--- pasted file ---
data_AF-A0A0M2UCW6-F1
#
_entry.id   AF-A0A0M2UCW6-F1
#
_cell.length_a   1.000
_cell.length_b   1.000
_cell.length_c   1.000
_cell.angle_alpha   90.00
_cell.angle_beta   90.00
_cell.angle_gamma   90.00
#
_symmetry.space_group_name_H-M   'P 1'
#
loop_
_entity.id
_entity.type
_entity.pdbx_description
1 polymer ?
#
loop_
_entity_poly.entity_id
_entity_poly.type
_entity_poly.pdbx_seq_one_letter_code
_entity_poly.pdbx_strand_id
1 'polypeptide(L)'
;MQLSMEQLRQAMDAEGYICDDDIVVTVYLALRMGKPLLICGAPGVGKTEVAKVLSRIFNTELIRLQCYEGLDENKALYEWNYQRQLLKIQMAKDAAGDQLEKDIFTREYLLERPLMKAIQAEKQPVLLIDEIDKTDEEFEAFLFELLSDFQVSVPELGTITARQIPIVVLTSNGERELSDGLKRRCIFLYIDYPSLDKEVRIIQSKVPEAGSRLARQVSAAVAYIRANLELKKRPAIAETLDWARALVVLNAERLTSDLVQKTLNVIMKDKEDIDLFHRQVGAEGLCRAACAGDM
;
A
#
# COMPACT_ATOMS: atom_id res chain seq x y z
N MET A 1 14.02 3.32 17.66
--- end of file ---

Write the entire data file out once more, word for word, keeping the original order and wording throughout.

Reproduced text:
data_AF-A0A0M2UCW6-F1
#
_entry.id   AF-A0A0M2UCW6-F1
#
_cell.length_a   1.000
_cell.length_b   1.000
_cell.length_c   1.000
_cell.angle_alpha   90.00
_cell.angle_beta   90.00
_cell.angle_gamma   90.00
#
_symmetry.space_group_name_H-M   'P 1'
#
loop_
_entity.id
_entity.type
_entity.pdbx_description
1 polymer ?
#
loop_
_entity_poly.entity_id
_entity_poly.type
_entity_poly.pdbx_seq_one_letter_code
_entity_poly.pdbx_strand_id
1 'polypeptide(L)'
;MQLSMEQLRQAMDAEGYICDDDIVVTVYLALRMGKPLLICGAPGVGKTEVAKVLSRIFNTELIRLQCYEGLDENKALYEWNYQRQLLKIQMAKDAAGDQLEKDIFTREYLLERPLMKAIQAEKQPVLLIDEIDKTDEEFEAFLFELLSDFQVSVPELGTITARQIPIVVLTSNGERELSDGLKRRCIFLYIDYPSLDKEVRIIQSKVPEAGSRLARQVSAAVAYIRANLELKKRPAIAETLDWARALVVLNAERLTSDLVQKTLNVIMKDKEDIDLFHRQVGAEGLCRAACAGDM
;
A
#
# COMPACT_ATOMS: atom_id res chain seq x y z
N MET A 1 14.02 3.32 17.66